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The Tangled Web of Race
The racial binaries of the civil-rights era no longer apply in America.

Christopher Dorner

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Victor Davis Hanson

We live in a confused society where Somali Muslim immigrants fight African-Americans in Minnesota schools; where the African-American community of Compton, California, is targeted by Latino gangs; where Asian and “white Hispanic” youths who scream “U.S.A.” at high-school basketball games or wear flag-themed clothing to school are presumed guilty of racism against Latinos. That is the world that befuddled Christopher Dorner and helped reduce him to the incoherence of resorting to the old white/black binary, where there was far more to be had than in L.A.’s confusing cauldron of contemporary tribal spoils. The lesson about southern-California law enforcement in the Dorner case was not proof of racism, but a disturbing incompetence that led not only to the police being fooled for days about Dorner’s whereabouts, but also to the shooting of two innocent people and the near shooting of a third — two Latinos and a white — on the premise that they fit the description of the wanted Dorner.

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Finally, a new generation of Americans has come of age in an era when affirmative action, not Jim Crow, is the establishment norm. It is hard to demonstrate to the lower-middle-class white male at CSU Bakersfield that his supposed 24/7 privilege must be countered by affirmative action accorded to wealthier Latinos or Asians at Stanford — as wealth and poverty, and minority and majority status, are no longer predictable on the basis of racial and ethnic identity.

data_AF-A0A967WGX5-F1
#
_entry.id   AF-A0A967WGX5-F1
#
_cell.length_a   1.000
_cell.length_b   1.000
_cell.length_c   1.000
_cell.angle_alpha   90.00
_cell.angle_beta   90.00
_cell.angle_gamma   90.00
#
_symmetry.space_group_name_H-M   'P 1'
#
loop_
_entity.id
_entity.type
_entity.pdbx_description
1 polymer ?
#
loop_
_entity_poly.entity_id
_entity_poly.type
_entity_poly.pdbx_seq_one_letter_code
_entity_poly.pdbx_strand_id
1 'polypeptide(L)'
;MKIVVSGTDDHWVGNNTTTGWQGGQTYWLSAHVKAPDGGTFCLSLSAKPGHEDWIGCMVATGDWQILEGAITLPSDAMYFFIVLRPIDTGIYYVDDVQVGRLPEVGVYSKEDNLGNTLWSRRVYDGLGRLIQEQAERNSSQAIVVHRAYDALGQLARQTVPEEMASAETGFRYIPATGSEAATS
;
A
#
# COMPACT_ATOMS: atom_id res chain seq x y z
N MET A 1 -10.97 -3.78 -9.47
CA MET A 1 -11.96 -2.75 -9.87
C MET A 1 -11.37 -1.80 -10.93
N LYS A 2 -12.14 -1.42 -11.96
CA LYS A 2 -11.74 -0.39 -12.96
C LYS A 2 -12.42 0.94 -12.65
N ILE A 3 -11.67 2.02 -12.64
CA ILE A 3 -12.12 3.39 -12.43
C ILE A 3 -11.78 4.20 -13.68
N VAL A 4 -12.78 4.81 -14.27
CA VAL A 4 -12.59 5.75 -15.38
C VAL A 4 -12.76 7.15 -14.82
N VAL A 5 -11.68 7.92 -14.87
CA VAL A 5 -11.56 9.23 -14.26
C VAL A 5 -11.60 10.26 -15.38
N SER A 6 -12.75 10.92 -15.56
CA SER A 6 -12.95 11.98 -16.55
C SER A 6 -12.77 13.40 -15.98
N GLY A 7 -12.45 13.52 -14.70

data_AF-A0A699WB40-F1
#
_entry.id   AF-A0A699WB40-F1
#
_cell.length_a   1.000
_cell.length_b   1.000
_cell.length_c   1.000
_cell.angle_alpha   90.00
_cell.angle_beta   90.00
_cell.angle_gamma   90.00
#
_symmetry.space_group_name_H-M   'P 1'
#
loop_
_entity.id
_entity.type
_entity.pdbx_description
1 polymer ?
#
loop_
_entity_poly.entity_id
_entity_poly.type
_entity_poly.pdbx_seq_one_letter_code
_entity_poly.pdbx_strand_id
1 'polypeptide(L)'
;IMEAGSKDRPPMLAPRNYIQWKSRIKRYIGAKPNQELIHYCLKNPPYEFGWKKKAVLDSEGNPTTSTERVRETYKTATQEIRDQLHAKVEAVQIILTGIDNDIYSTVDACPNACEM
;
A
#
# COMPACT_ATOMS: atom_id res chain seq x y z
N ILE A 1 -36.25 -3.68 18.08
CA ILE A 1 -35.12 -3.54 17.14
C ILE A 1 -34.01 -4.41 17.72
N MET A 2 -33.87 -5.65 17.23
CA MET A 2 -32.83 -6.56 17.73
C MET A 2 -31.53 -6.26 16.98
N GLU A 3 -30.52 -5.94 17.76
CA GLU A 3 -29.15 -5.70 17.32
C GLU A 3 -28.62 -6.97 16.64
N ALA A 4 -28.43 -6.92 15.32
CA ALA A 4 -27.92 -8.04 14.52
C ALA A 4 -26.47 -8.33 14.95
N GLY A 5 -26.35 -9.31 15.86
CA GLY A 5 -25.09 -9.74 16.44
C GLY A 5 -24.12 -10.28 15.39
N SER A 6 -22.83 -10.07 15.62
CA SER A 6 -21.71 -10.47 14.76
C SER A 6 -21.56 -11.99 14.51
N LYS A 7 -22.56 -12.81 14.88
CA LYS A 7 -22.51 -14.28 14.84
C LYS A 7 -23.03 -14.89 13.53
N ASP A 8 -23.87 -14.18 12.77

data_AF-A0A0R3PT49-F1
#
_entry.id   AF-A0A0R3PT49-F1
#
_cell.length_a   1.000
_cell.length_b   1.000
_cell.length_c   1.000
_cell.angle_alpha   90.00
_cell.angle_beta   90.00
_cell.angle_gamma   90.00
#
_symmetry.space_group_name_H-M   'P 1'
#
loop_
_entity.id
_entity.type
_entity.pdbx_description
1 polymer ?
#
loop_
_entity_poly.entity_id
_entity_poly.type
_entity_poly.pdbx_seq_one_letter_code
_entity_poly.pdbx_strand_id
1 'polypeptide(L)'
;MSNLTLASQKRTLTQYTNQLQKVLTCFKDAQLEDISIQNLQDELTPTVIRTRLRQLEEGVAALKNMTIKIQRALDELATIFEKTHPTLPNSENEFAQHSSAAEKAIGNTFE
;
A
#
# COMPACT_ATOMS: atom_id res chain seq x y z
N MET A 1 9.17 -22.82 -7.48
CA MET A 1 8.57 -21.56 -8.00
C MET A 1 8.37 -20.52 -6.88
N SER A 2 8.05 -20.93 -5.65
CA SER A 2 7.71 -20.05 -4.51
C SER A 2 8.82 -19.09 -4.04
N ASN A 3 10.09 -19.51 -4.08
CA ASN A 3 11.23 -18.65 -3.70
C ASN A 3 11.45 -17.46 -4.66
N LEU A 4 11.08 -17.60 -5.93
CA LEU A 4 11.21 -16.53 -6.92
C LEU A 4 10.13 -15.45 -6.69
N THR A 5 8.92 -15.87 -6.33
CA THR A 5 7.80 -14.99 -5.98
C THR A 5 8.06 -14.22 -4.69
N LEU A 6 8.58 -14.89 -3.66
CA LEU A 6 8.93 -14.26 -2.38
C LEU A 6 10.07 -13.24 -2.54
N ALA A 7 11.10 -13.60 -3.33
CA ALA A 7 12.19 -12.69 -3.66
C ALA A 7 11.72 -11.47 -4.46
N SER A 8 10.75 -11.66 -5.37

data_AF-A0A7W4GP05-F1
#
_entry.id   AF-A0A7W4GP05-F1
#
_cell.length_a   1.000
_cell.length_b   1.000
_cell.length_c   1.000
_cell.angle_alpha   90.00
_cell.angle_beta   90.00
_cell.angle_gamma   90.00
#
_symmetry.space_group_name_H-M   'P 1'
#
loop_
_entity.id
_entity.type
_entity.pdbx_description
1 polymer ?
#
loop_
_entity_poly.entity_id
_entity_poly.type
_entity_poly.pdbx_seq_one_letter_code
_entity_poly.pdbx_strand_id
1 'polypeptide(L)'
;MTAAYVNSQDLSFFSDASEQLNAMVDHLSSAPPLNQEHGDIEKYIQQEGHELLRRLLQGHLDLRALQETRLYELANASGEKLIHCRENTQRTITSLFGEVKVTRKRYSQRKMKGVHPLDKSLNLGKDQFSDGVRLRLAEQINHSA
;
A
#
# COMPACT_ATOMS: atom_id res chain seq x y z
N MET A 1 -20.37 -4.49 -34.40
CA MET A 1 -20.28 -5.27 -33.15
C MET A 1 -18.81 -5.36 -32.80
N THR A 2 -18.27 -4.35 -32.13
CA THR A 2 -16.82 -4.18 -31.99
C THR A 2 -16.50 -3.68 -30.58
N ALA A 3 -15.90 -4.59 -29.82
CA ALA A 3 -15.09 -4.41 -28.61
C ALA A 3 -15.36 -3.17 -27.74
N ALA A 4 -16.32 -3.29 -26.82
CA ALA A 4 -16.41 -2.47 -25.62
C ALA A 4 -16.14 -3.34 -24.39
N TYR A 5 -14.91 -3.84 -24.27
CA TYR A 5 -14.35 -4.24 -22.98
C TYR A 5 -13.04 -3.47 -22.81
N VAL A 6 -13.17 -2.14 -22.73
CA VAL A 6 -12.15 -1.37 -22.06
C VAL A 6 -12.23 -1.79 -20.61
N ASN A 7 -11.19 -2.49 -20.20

Unmentioned is the strange phenomenon of de facto white affirmative action — the old-boy/old-girl network of New York and Washington elites, who get their kids into Sidwell Friends or Exeter as boot camp for Yale or Princeton, either by an opportune phone call or by the sort of lifelong neurotic prepping that only contacts and money can provide. That results in the spectacle of the nearly all-white New Republic seeking absolution for its apartheid by publishing an article on Republicans’ supposed lack of interest in minorities, or the mostly white-male Obama White House staff feeling exempt from the ramifications of their own rhetoric and ideology. The more a Chris Matthews foams on television about racism and privilege, the more one can excuse his own mostly separate and unequal existence. How odd that some minorities such as Marco Rubio, Allen West, Clarence Thomas, and tens of thousands of other conservatives are somehow deemed less authentic than elite whites who merely profess a particular sort of empathy for minorities.

The Left is confused about how to resurrect America’s old racial paradigms. Absurdity follows, as that Trayvon Martin must have been shot down “like a dog” by a “white Hispanic” vigilante. Christopher Dorner must be a modern-day Toussaint Louverture driven to understandable murder of the white oppressor, who turns out to be Asian. Instead of To Kill a Mockingbird, our generation is left with the flat psychodrama of Skip Gates donating the plastic handcuffs he wore for a few minutes to the Smithsonian’s National Museum of African American History and Culture.

Amid all this chaos, we look for guidance to the president who promised that his own mixed heritage and long toil on the front lines of racial tension would temper passions. Instead, from Skip Gates to Trayvon Martin to “punish our enemies,” Barack Obama so far has proven a reactionary of the first order.

NRO contributor Victor Davis Hanson is a senior fellow at the Hoover Institution. His The Savior Generals will appear in the spring from Bloomsbury Books.



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